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Third Hour is at 9:45 a.m.
Divine Liturgy is celebrated at 10:00 a.m.
What to Expect When Visiting Saint Basil's
You'll find St. Basil's to be full of friendly people, lively and reverent worship, lots of singing, lots of children, and has a fellowship hour afterwards which you shouldn't miss. We look forward to meeting you!
Our Liturgy typically lasts around an hour and fifteen to twenty minutes. In that time, there is much standing and singing. You will notice people lighting candles and saying prayers. Some will be reverencing the icons. You'll notice the smell of incense. (If you have previously had problems with incense irritating you, it was most likely the poor quality of incense used. Ours is not likely to cause you irritation.) You'll hear the bells attached to the censor. You'll see our iconography, our iconostas, and the priest's vestments. You will notice that people of all ages, from infant to elderly, worship together at the same Liturgy. You will hear all our voices rise up in song to praise the Lord. These sights and sounds are likely to be new and different. Many visitors prefer to take all this in on the first visit and do not attempt to follow along in the pew book. If you would like, you can stand with one of our Liturgy Guides who can explain the Liturgy to you. The average parishioner dresses in slacks and a nice shirt for the men and a skirt with blouse, a dress, or slacks and a dress shirt being average for the women. As we have fasted before receiving the Eucharist, we are happy to have refreshments in the Hall immediately after Liturgy. You are invited to share the food and drink, as well as your impressions, with us.
The Long Answer:
Upon Arrival: You should expect to be greeted, sometimes by several people, when you walk in. They will help you collect the liturgical books and offer to sit with you to explain what is happening during the Liturgy if you wish. If you would prefer to be on your own, simply say so. If no one greets you immediately, just wait a moment or two. We are a very friendly parish and it won't be long before someone says hello.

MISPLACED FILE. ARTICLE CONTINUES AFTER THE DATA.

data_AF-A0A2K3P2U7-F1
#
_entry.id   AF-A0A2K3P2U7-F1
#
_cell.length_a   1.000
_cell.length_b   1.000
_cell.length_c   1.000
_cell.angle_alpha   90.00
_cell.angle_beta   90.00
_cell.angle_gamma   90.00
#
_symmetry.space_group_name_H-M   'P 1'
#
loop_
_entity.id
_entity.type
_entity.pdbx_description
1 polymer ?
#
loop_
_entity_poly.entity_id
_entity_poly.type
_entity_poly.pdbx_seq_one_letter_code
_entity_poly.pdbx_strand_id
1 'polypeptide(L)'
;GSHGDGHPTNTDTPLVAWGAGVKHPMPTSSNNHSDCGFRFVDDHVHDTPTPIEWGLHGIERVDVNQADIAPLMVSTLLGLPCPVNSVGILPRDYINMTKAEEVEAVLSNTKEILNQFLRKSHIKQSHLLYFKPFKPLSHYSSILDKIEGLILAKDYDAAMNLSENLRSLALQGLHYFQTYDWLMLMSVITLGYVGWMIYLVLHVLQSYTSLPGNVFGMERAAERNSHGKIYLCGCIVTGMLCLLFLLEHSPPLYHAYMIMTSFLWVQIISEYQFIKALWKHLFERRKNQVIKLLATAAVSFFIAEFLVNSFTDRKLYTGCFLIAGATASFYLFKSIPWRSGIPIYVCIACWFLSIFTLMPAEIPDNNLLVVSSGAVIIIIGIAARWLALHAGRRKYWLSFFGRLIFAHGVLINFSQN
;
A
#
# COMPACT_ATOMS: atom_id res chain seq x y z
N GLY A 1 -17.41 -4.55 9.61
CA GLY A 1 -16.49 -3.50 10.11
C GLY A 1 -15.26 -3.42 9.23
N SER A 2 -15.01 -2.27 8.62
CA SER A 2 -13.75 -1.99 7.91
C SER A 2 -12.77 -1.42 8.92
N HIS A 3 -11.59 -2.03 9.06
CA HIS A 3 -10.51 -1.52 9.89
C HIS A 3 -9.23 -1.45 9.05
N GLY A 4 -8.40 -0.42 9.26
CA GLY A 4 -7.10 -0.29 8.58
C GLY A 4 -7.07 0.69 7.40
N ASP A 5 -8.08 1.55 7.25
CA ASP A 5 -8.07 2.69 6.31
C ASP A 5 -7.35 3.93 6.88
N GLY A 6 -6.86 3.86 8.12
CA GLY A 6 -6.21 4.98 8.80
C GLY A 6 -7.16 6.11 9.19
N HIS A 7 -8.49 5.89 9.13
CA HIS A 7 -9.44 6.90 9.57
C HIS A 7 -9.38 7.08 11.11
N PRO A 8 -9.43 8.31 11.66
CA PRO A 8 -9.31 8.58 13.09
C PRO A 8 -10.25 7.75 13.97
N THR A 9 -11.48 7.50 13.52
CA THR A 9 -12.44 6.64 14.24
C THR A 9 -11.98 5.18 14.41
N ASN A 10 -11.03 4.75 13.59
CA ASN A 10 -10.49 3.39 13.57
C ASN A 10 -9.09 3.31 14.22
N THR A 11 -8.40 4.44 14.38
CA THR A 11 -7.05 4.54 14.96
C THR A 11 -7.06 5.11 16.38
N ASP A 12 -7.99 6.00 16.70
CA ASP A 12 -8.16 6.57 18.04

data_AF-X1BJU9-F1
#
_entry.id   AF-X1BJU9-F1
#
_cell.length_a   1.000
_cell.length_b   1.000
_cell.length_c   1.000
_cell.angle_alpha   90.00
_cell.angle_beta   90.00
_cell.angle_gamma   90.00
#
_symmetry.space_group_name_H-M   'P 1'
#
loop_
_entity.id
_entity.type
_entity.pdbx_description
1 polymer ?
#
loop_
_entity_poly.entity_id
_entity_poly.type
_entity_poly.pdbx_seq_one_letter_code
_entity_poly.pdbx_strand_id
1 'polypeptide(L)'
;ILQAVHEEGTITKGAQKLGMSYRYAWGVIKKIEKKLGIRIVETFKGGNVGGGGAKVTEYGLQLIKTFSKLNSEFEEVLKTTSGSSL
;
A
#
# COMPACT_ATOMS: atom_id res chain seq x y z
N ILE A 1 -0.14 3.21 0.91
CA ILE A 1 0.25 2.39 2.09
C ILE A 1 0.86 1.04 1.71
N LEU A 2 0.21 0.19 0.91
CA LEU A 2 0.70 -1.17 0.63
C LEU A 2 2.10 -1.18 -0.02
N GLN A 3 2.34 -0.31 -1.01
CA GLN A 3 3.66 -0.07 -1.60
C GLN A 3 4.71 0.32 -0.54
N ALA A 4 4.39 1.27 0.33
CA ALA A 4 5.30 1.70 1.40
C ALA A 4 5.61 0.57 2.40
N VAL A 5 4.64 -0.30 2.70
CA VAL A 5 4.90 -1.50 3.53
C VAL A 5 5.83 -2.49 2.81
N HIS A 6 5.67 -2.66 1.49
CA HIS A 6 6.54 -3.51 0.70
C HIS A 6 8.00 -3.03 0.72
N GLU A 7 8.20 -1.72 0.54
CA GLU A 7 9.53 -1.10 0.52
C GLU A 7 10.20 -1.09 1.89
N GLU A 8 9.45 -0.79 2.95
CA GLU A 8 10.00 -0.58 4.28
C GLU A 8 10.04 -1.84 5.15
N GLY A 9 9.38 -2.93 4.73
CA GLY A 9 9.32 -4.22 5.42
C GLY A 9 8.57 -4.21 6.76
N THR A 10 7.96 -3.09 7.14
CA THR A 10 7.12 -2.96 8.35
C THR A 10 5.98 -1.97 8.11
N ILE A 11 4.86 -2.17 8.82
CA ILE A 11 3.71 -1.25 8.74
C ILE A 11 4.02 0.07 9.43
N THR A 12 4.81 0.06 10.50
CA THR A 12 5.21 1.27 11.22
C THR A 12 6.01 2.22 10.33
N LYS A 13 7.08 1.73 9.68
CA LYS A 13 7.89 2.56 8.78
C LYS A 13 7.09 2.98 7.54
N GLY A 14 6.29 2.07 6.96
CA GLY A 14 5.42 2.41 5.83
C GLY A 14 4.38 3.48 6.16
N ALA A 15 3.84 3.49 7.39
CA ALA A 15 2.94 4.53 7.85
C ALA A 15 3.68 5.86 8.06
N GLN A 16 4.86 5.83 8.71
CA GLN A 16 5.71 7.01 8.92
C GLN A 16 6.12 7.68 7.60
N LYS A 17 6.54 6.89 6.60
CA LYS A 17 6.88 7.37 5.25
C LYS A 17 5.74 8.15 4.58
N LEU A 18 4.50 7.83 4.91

If you arrive a little early, you might think you are late because we are already praying. What you are seeing and hearing is Third Hour, a prayer service for the 9 o'clock hour in remembrance of the the descent of the Holy Spirit which Acts 2:15 says was at that time. This service is sung every Sunday at 9:30 a.m. Feel free to enter and pray with us or pray in preparation for the Liturgy. If you are early and you hear bells, that is Father incensing during the Proskomedia or preparation. Take the opportunity to pray with any of the ikons in the church, light a candle, watch what is going on, open the Liturgical books to the front and to pray any of the prayers before Communion or simply experience the preparation for the Liturgy.
The Beginning of Liturgy: Once Liturgy starts expect a great deal of singing. There is only one prayer in the entire Liturgy that is spoken instead of chanted. The books provide the musical notations if you want to follow along; but visitors often prefer to keep the book closed and to join in when they catch on. "Lord have mercy," and, "Grant this, O Lord." are two places you will likely catch on very quickly and be able to join in if you wish.
Our temple is arranged in a traditional Byzantine style, with iconography encircling the nave, an icon screen (or iconostas) separating the nave from the altar (or sanctuary), and a tetrapod in the front center with an icon for veneration. You'll see people go up and make the Sign of the Cross and kiss the icon when they enter the temple. When they enter their pew, people will also bow from the waist toward the Holy Table. You are welcome to do so this as well. Incense is used throughout the Liturgy. Our incense is of excellent quality and has a beautiful bouquet. It very rarely causes irritation to any parishioner or guest. The priest's censer has 12 bells on it, one for each of the apostles which you will frequently hear. One bell is silent and represents Judas Iscariot. Many people are moved by the sights, sounds, scents, and bells of the church. If you find this to be the case, consider yourself in good company. According to the Russian Primary Chronicle, when Vladimir the Grand-Prince of Kiev sent scouts out to determine the true faith, they returned to him after attending Divine Liturgy saying they did not know whether they were in Heaven or on Earth.
The Processions: There are several times that the priest leaves the altar. Two of these are for processions. First is the Little Entrance, in which the priest carries the Gospels to the people. Parishioners give various signs of reverence and respect to the Word made present among us. You will see people bowing or crossing themselves when the Gospels pass by them. The second procession, or Great Entrance, is when the priest brings the gifts of bread and wine through the people to the altar. This is in remembrance of Christ's entrance into Jerusalem as he was preparing for His sacrifice. You'll notice people reaching out and touching the hem of Father's phelonion (the cape that he wears) to attach their prayers to the prayers he is carrying forward to the altar. You and your children are welcome to do so as well.